"We have a distinctive quality and we need to retain it: high quality faculty, deep commitment to learning and the advantages of a relatively intimately sized operation," Halleran said. "What we need to do is take advantage of these particular strengths and build on them."
Halleran wrapped up the yearlong discussion April 8 with a session about the draft "white paper" document that both describes the findings from the six previous conversation sessions and makes recommendations on how the College should move forward.
"It's not a summary," said Halleran, noting that the previous six public forums included faculty panels, a student-led panel and distinguished guest speakers. "It really is more a distillation, so taking what is addressed and spoken about and kicked around and sometimes argued in those six sessions as well as in many, many others - in everything from lunches to faculty meetings to e-exchanges."
The paper, Halleran said, attempts to do three things: address what William & Mary is as a liberal arts university, define what challenges the College faces and what advantages it has going forward and serve as a guide for next year's curriculum review and the revisiting of the merit system.
"One thing that has come up in many of the discussions is that if we say we value A, B and C, and our merit system does not reward A, B and C, we have a fundamental disconnect so how do we sync those," said Halleran.
Halleran said there was consensus that the term liberal arts university is not "the most felicitous phrase on the planet"; however, it is not a bad way to describe the College because of its unique qualities.
"We are this hybrid. We have an intense, very strong focus on undergraduate education and the liberal arts, but that's not all we do," said Halleran.
The provost added that the draft report, which is posted on the conversation Web site, also addresses the fact that money has to be a factor to keep in mind as the College decides its future.
"I just wanted to remind all of us that we live in a world which has constraints, not that we were particularly bound by them in our conversations. I was delighted at that," he said. "Anything that we move forward on, that's one variable - it's the not the only variable, it's only one variable - in thinking how we want to chart our course."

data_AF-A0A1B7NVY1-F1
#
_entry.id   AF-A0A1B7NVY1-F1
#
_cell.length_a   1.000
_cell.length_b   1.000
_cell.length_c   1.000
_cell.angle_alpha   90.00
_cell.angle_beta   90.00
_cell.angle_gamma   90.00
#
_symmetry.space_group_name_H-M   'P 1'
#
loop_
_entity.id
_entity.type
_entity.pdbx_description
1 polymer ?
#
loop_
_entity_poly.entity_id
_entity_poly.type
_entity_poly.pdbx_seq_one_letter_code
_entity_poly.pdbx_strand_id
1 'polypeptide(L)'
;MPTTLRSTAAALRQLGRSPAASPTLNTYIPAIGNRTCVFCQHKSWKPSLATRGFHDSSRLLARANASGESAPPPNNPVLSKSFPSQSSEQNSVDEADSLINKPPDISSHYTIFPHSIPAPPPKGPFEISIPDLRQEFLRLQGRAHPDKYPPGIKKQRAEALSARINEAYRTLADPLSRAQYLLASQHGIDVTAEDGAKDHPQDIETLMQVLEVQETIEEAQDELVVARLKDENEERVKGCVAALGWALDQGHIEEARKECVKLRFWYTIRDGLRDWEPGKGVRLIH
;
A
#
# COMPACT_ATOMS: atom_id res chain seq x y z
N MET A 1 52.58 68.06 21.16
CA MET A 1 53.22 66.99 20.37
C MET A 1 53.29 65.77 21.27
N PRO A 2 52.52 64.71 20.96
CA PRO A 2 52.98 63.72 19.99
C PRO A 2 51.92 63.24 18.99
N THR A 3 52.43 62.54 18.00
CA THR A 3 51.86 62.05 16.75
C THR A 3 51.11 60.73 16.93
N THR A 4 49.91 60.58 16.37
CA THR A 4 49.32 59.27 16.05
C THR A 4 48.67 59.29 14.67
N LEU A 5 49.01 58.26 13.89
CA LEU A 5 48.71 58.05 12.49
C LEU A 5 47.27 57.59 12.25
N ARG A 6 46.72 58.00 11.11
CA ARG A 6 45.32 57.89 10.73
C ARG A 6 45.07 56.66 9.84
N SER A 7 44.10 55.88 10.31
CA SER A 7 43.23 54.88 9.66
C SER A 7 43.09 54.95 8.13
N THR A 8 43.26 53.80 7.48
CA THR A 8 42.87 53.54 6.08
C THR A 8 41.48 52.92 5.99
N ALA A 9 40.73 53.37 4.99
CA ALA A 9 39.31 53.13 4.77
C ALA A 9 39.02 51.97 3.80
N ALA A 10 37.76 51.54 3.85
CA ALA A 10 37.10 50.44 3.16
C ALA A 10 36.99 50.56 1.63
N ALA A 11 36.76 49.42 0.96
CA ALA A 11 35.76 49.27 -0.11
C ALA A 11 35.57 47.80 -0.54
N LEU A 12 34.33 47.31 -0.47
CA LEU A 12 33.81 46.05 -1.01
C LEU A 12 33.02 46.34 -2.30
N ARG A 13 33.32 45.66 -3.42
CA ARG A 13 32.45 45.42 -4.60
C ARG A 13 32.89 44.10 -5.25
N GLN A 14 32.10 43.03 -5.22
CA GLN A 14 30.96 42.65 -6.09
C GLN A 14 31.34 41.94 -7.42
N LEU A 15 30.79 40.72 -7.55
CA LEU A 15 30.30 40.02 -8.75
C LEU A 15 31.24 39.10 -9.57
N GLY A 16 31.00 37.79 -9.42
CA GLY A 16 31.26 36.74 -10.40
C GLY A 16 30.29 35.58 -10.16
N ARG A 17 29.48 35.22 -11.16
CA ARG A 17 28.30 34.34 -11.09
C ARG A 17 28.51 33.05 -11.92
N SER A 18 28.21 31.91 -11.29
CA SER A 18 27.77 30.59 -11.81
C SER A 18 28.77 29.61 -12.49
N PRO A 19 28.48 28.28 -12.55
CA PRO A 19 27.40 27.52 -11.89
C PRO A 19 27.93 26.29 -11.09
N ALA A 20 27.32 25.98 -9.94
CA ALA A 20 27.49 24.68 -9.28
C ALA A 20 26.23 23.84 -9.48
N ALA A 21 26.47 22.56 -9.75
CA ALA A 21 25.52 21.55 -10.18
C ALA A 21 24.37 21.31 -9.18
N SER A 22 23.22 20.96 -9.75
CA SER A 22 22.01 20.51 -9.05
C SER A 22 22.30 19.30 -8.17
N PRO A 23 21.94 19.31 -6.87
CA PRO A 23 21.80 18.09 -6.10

Halleran added that though there has been discussion in the media recently about the poor economy killing liberal arts, a William & Mary education will continue to be a valuable asset.
"There is a very strong claim for us that that the kind of education that we offer - both in terms of the subject matter and more so the way we go about getting students to think about the world, with an intensity of experience and commitment to inquiry - that is going to be progressively more valuable in the world," he said.
Following Halleran's comments, several faculty members and an alumna voiced concerns about portions of the report or issues that were not included in the white paper, including the College's commitment to face-to-face teaching, the portion of classes taught by non-tenured or non-tenure track professors and involving faculty in determining factors for admission decisions and formal leadership training at William & Mary.
At the end of the discussion, Halleran noted that as the College moves forward, some things - courses, programs, etc. - may have to be left behind or modified in order to make room for the new.
"We cannot do everything we currently do in the same way that we currently do it and do anything new. We can't. We could do it for a year, maybe two years. But it will not be sustainable," he said. "The more rigidly we define these things that we have to do, the more difficult any kind of change is."
Halleran said he sees embracing change and leaving some things behind as one of the biggest potential "stumbling block" as William & Mary moves forward.
"Those are the kind of things we'll have to accept and embrace or otherwise, if we just add, we'll kill ourselves at some point, which we don't want to do."
To view the draft white paper in its entirety, visit http://www.wm.edu/conversation. Comments may be submitted on the conversation blog at http://conversation.blogs.wm.edu on via Web form at https://forms.wm.edu/159.